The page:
The fiscal cliff. We hear the expression describing the looming Jan. 1 deadline where broad spending cuts agreed to when the Congressional “supercommittee” failed to reach any deal on large-scale deficit reduction and the end to Bush-era tax cuts take affect at the same time.
The national debt has reached an all-time high of $16.4 trillion. It’s so high that it’s almost too big to contemplate how we as a nation would ever be able to rein in costs and boost revenues to balance out that number. According to one calculation, every American owns $52,500 of that debt (if you include the entire U.S. population).
Consider on the other hand, Powerball. An equally staggering amount of money, depending on the week, is funneled into a chance at winning a fraction of the total annuity. In 2012 alone, the Powerball annuity was worth $2.37 billion, according to their website.
Just a few weeks ago many in North Carolina were considering the purchase of a $2 chance to win a portion of the $587.5 million Powerball. The cash payout of $384.7 million was split between two winning tickets. Both amounts are the second-largest in American lottery history.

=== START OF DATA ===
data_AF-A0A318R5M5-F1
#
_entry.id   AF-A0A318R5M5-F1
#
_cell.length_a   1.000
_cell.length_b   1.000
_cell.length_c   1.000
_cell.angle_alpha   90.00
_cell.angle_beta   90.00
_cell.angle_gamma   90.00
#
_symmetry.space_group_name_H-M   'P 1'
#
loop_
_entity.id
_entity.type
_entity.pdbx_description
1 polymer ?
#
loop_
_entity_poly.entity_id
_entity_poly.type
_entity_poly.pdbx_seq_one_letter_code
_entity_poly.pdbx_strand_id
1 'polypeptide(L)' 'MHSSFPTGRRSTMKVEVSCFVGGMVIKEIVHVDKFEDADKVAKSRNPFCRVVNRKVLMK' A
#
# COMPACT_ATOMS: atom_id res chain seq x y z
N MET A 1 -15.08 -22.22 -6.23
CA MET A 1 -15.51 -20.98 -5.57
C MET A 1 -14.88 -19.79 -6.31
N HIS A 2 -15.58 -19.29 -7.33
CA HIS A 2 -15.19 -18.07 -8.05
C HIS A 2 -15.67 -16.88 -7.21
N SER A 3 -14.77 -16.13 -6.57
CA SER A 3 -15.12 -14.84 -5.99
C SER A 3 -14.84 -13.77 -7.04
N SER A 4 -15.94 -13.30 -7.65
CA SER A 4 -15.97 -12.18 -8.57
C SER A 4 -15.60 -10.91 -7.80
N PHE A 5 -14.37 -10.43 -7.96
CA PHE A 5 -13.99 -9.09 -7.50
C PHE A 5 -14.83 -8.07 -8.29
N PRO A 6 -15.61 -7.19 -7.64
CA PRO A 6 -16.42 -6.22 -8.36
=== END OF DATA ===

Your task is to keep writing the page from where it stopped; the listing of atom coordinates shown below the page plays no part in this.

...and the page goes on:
Here’s another staggering number, $2 billion. That’s the amount raised by both candidates in the 2012 presidential election.
What were the purchasers of lottery tickets and contributors to campaigns really getting for their money? Both only offer a chance, a stake at something better. If you were lucky enough to have the winning numbers, you could take home millions. If your candidate is elected, you can hope that the winner will find a way to solve our debt woes. Either way, you have no guarantee of a return on your investment.
Here’s an idea for a new venture where one can combine the thrill of the roll of the dice with the need to solve our nation’s debt crisis. The Deficit Lottery.
Just think, for the cost of a cup of Joe at the corner store you can wager on the national debt with full assurance that the payout would be a direct and immediate credit towards that debt and an end to the media obsession with “the cliff”.
One would argue that at least with the lottery, someone wins something. True, but when you play the Deficit Lottery, everyone wins.